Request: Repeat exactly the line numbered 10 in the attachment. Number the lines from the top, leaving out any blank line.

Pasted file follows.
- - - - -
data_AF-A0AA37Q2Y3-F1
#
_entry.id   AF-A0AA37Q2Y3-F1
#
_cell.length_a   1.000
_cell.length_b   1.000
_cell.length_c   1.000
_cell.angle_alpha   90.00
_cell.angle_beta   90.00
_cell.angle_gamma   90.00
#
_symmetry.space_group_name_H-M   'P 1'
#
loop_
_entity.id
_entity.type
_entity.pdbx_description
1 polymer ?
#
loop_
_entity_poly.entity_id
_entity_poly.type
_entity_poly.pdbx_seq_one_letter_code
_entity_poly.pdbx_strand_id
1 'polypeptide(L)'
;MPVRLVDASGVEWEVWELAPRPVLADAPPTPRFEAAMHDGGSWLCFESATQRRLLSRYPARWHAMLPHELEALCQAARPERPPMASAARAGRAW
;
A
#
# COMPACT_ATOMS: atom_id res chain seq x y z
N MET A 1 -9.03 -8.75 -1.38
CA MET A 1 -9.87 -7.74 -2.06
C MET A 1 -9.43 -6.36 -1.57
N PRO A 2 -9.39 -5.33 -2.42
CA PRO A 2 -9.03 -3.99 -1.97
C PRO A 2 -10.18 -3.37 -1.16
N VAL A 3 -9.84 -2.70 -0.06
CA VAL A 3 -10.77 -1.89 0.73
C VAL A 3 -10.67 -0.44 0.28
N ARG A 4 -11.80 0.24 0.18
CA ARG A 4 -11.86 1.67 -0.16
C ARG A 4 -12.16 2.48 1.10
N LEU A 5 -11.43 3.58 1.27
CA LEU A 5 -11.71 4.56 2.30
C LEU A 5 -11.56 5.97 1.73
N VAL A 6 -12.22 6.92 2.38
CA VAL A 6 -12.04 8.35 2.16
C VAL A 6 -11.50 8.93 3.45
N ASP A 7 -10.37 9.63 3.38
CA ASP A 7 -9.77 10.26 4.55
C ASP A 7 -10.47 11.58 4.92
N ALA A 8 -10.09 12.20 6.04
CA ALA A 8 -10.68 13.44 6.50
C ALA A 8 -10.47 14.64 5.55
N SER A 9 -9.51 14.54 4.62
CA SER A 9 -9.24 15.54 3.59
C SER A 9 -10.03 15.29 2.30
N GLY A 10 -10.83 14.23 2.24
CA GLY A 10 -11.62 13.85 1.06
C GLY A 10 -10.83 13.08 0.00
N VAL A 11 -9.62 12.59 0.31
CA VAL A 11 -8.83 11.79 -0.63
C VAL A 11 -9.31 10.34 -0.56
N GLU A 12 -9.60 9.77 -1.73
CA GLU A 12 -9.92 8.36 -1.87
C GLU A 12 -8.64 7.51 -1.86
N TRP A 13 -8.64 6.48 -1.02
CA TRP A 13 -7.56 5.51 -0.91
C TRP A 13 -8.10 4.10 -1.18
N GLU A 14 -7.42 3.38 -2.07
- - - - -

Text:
_cell.angle_gamma   90.00